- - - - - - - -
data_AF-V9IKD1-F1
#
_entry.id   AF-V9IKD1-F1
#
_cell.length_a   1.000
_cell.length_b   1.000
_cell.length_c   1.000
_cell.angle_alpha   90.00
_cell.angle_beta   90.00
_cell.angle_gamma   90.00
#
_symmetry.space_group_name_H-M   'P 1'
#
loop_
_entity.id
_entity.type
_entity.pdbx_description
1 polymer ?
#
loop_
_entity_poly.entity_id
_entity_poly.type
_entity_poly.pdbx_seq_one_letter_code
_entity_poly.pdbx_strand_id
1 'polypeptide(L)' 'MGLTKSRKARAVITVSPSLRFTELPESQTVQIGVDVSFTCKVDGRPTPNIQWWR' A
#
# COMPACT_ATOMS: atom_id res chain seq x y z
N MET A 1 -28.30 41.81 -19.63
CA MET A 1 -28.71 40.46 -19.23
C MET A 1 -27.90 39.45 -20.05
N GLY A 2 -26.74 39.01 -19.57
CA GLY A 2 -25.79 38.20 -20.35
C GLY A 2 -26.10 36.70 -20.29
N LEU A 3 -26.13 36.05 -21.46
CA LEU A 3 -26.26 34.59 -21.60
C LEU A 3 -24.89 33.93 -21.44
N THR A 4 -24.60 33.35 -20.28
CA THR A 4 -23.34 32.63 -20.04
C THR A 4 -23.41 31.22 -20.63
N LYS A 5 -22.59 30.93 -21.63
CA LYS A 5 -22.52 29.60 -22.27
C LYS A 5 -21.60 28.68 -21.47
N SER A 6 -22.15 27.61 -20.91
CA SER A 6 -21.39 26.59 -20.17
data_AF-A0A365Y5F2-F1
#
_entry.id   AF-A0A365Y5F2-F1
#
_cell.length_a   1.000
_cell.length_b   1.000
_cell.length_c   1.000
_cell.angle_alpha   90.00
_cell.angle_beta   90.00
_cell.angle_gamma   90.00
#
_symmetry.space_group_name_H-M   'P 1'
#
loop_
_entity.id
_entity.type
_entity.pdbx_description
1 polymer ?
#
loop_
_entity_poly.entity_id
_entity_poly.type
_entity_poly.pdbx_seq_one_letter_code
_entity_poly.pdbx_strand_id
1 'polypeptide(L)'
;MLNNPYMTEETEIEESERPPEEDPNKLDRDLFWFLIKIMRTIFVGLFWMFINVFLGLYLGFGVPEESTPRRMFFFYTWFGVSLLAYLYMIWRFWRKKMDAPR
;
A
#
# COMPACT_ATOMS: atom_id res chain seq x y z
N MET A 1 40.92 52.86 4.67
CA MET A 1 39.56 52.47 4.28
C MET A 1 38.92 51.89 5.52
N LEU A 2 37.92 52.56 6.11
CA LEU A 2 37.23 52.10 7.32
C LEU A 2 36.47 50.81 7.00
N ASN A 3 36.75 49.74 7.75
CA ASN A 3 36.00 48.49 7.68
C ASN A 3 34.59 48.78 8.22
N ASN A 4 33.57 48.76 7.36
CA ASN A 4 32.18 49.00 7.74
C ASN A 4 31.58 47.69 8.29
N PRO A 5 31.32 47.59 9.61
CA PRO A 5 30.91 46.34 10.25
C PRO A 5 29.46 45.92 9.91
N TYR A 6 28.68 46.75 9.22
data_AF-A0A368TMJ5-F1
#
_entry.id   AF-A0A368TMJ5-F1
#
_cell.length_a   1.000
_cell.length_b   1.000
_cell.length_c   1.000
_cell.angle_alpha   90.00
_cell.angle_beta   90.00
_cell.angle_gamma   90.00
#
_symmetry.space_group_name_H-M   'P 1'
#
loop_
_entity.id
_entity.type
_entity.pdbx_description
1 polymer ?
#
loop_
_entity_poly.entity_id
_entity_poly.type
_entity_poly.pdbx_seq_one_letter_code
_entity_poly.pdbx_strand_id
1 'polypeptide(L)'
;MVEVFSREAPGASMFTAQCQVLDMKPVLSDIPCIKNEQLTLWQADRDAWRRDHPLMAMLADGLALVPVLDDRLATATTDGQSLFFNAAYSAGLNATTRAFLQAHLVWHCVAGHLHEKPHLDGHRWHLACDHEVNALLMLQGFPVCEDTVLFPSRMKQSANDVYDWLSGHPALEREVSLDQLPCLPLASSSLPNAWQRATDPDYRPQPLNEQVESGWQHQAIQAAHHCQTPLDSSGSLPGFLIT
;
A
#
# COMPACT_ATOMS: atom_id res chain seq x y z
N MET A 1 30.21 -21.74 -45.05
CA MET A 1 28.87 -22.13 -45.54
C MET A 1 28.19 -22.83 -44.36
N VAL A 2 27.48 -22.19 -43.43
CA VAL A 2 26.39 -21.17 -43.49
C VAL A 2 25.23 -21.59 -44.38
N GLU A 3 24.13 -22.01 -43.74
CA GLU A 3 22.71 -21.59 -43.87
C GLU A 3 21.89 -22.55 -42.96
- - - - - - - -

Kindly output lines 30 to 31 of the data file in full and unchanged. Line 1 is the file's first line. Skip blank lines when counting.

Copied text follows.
C MET A 1 -27.90 39.45 -20.05
N GLY A 2 -26.74 39.01 -19.57